Asuraguru movie review: This film about a kleptomaniac fails to steal your heart
Vikram Prabhu’s half-hearted heist drama has a few good ideas
Somewhere down the line, while making Asuraguru, someone seems to have lost hope. Nothing else explains why the film, which kick-started with a well thought-out train heist sequence, derails to become a half-hearted chaotic mess. The robbery, which also doubles up the hero introduction scene, is inspired by a real-life heist that happened a few years ago in Tamil Nadu. This seems to be the trend now. We saw similar inspirations in Kannum Kannum Kollaiyadithaal. From having a thief for a protagonist to a loyal supporting role to even similar car-hacking technology, the two films have a lot in common. However, Asuraguru doesn’t share the finesse, coherence and a lot more that made KKK such an enjoyable heist film. Also, that film had some great ideas stretched out as gripping sequences while Asuraguru exhausts such ideas by just throwing them away as interesting bits thrown into a generic story.
For instance, there is no moral reason behind the protagonist Shakti’s (Vikram Prabhu) robberies. What we get instead is a kleptomaniac... which is refreshing. But what the director does with this character is unintentionally hilarious at times. The uncontrollable urge to steal money hits him like drug-withdrawal symptoms: Shakti turns into Sigappu Rojakkal Dileep with killer rage and there are similar intercuts that hint at childhood trauma and an impending flashback. This psycho-thief is aided by a police friend (Jegan), who feeds him inside information. There is also another police officer Manikavasagam (Subbaraju) on the hero’s trail, and a one-dimensional contrived villain (Nagineedu) added to this mix. Dhiya (Mahima Nambiar), the female lead, is a relatively better-written role of the lot if you can excuse some pretentious character traits. She plays the role of a private detective, who investigates a robbery committed by the hero.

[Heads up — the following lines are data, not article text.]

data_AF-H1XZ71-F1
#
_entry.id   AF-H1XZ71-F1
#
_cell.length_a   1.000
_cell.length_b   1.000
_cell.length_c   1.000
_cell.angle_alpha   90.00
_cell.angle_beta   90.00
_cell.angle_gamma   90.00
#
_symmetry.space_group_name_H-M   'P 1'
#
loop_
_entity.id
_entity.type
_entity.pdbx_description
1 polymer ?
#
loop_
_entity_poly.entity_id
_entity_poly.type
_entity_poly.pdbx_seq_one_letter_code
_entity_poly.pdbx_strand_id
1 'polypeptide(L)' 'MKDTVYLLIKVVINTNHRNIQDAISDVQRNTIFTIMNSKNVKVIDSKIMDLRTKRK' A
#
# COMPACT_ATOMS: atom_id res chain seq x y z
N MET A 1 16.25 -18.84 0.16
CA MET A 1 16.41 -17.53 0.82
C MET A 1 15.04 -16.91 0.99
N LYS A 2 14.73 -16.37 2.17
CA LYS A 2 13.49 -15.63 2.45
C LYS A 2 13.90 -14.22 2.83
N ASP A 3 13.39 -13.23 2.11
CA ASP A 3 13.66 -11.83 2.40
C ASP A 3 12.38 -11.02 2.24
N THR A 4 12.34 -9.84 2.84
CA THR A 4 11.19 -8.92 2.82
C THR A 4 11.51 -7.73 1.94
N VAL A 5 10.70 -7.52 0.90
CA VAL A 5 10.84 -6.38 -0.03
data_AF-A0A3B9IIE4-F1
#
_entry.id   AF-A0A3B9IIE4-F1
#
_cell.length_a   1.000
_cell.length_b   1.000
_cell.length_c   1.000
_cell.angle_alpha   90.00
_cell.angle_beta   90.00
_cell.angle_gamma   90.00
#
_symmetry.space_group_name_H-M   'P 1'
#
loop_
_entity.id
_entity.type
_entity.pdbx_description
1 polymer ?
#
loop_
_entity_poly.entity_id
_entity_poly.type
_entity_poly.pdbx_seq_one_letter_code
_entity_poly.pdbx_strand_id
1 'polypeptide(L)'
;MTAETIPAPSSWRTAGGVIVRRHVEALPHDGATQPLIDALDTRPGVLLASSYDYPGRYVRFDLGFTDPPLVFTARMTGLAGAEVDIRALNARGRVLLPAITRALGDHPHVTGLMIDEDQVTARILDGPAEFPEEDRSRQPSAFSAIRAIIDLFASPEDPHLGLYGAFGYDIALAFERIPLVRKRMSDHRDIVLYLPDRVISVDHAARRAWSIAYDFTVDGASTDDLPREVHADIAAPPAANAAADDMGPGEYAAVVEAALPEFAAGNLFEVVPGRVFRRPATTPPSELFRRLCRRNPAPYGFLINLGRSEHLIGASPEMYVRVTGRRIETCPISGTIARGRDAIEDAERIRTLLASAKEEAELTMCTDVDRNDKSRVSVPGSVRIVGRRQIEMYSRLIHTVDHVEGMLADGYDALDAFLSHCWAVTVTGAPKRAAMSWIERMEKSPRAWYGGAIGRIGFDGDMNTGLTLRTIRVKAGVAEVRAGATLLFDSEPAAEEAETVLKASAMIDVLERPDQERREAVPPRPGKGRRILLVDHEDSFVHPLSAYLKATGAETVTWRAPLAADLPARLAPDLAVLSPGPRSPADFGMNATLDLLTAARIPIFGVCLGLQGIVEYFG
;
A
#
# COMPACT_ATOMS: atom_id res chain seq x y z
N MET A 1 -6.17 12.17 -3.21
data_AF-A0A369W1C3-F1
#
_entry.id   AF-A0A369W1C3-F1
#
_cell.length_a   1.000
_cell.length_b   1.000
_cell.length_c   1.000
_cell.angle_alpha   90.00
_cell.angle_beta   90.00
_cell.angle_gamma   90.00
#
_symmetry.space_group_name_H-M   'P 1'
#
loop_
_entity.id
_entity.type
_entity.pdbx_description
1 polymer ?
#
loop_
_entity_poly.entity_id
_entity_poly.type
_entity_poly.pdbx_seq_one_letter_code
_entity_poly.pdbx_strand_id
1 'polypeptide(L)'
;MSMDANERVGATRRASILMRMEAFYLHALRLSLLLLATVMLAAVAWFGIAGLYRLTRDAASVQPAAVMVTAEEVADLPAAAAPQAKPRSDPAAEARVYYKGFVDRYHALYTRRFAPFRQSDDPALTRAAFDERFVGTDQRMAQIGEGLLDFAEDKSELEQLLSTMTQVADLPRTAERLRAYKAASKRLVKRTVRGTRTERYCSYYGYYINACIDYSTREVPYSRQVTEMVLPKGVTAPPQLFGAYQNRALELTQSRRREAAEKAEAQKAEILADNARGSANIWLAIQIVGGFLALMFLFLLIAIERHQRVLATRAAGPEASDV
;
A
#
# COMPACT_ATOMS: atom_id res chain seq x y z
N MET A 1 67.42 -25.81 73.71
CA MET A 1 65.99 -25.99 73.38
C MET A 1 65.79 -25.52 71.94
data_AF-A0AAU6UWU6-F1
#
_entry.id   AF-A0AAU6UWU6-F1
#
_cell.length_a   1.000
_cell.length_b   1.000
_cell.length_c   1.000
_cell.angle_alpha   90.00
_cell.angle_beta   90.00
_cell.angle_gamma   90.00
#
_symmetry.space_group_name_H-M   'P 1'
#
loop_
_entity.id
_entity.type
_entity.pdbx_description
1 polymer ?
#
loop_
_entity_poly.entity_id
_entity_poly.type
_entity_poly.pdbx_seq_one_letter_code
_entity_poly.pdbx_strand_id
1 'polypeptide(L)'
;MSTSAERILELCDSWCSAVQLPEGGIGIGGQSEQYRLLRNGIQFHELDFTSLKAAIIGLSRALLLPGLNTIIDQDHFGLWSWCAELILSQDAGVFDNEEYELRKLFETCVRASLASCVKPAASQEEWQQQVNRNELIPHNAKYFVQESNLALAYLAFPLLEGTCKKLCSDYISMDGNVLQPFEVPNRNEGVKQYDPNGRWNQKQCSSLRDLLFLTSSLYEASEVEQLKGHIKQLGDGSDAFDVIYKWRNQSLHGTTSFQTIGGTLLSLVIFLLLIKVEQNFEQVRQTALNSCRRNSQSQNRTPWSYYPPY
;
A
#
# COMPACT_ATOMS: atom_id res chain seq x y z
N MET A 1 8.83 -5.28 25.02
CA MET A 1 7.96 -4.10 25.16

These parallel storylines should have converged into a gripping story but the film goes haywire. The writing becomes weak as the film inches towards the climax. A random villain walks in when the story hits a brick wall and a laughable twist seals the fate of the film. Of course, there is Yogi Babu and I got quite concerned as he comes close to getting a separate comedy track.
There are two silver linings in the film though: its two-hour length, even if it does not make the film seem smaller, and very few songs (the composers are Ganesh Raghavendra and Simon King). Even the one romantic number gets woven into the film. Somewhere, as I mentioned, the makers seems to have lost inspiration. Even the production design becomes almost insignificant towards the end. The many logical flaws and contrived coincidences further conspire to make us lose interest.